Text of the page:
Friday, June 24, 2011

Revising my Views on Small Minnow Mayfly (Baetidae) Genera

I found this beautiful small minnow mayfly in the Doyles River this morning.  (The orange/red pigment is for real, by the way, those aren't eggs stuck to the body.)  I will show you some other good photos from today's trip later on.  But first,  I have to talk about something very important.

As you know, if you've been reading along in a regular way, I found a lot of small minnow mayflies this winter (February and March), all with two tails, and I argued that they were Baetis in terms of genus based on the presence of metathoracic wing pads (see the entries for 2/14, 3/2, and 3/16).  In the Peckarsky key (Freshwater Macroinvertebrates, pp. 34-36) the presence of metathoracic wing pads on a two-tailed Baetid distinguishes the genus Baetis from Acentrella.

Bad news.  I've now been told by a professional entomologist, a specialist on aquatic macroinvertebrates, that all Baetis small minnows in the eastern part of the country have three tails!  He also feels there is a very good chance that the nymphs I found in the winter were Acentrella in terms of the genus.  I worked a lot on this last night and this morning, and I now believe he was right:
the nymphs I found in the winter were probably genus Acentrella.  (So too is the nymph I found this morning -- the one in the photo at the top of the page.)

Let me make my case.  First of all, I'd refer you to a web publication entitled "Small Minnow Mayflies: Nymph key to genera" (go to,  where Acentrella as a genus is defined by a "Dense row of long fine setae on the back (or dorsum) of the legs."  It continues, "Everyone else [ i.e. all other genera have] rows of setae on the legs."  Here is a close-up of the legs of one of the nymphs from the winter that I had preserved.  (Please click on the photo to enlarge it.)

And, here is a close-up of the legs of the nymph at the top of the page.

That might seal the deal -- but I think it's important to see what the "Bible" -- in terms of dichotomous keys for aquatic macroinvertebrate entomologists -- has to say on this issue as well.  The "Bible" is:
R.W. Merritt, K.W. Cummins, and M.B. Berg, ed., An Introduction to the Aquatic Insects of North America, Fourth Edition (Dubuque, Iowa: Kendall/Hunt Publishing Company, 2008).  Having reduced our search to "two-tailed" Baetids, and eliminated the genus Heterocloeon from contention, we move to couplet 38:

38.  Hind wing pads present (although sometimes reduced to a small thread-like flap.... (go to) 40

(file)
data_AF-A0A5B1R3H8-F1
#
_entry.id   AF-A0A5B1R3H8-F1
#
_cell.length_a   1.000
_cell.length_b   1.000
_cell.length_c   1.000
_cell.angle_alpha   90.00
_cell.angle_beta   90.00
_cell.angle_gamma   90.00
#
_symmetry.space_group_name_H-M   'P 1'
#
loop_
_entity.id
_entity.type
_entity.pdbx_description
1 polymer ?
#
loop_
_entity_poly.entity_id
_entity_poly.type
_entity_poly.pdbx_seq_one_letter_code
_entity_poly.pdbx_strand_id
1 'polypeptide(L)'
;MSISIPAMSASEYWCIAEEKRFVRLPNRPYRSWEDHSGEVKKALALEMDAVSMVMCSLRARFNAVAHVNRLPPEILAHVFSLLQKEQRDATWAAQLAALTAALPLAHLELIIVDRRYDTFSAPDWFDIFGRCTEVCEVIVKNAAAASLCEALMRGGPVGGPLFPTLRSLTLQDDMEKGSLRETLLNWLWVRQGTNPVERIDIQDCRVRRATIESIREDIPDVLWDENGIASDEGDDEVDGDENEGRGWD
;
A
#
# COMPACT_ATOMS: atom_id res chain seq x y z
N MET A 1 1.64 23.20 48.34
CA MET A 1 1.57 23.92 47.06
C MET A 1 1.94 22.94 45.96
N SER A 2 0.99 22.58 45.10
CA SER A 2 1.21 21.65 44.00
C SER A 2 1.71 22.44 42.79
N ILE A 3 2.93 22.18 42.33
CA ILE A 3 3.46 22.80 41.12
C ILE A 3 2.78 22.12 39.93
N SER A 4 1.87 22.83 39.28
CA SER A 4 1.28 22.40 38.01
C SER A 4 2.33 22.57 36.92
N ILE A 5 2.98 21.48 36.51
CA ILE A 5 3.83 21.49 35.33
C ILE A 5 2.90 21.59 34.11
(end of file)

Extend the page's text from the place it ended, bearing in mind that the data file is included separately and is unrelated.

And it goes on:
38'. Hind wing pads absent.... (go to 39)

On the two-tailed small minnow nymphs I've been finding this summer, the hind (= metathoracic) wing pads have been "absent":  on the two-tailed small minnow nymphs that I found in the winter, they were small but "present".  So, let's refer to these as Summer Nymphs and Winter Nymphs and follow both directions above.

Summer Nymphs (hind wing pads absent) -- we go to couplet 39.

39. Femora, tibiae, and tarsi without a row of long setae on outer margin....Plauditus
39'. Femora, tibiae, and tarsi with a row of long setae on outer margins..... Acentrella (in part)

So, from the photo of the legs on the nymph that I found this morning, we'd have to go with Acentrella for the Summer group.

Winter Nymphs (hind wing pads present) -- we go to couplet 40.

40. Segment 2 of labial palps with well developed medially projecting corner....Baetis (in part)
40'. Segment 2 of labial palps without well developed medially projecting corner....Acentrella

Let me show you what "well developed medially projecting corners" look like.  This is a close-up of the labial palps of the "three-tailed" Baetis I found earlier this summer at Buck Mt. Creek.

That corner really sticks out like a shelf.  Now, here's a close-up of the labial palps from one of the "two-tailed" small minnows that I found this winter.

There is a corner -- but it's not well developed, no "shelf".  Our Winter Nymphs, I'd have to conclude at this point, were genus Acentrella, not genus Baetis as I have claimed in previous entries.  So, the two-tailed small minnows we found in the winter were apparently Acentrella, and the two-tailed small minnow nymphs I'm finding this summer are also Acentrella.  At this point in time, however, I feel strongly that I'm looking at two different species of Acentrella.  Remember, the "Winter" nymphs had wing pads showing; the Summer nymphs do not.  And, the nymphs I've found so far this summer are much smaller than the nymphs I found in the winter -- and some of the summer nymphs I've found have been pretty mature.

I hope I have this straight now.  But I am, after all, an amateur at this.  And given the complexities involved with genus ID in this particular insect family (Baetidae), this may be something we amateurs should leave to the pros.

Two other photos to look at from my trip to the Doyles this morning.  First is yet another beautiful Perlesta common stonefly.

But second -- and I'm really excited about this -- is a fully mature flatheaded nymph, genus Leucrocuta.
I've never seen one before.  Two photos:

And, if you look really closely at the second photo, you can actually see that there's fibrilliform behind gill number 6, but not on gill number 7.  Here's a microscope photo pointing that out.

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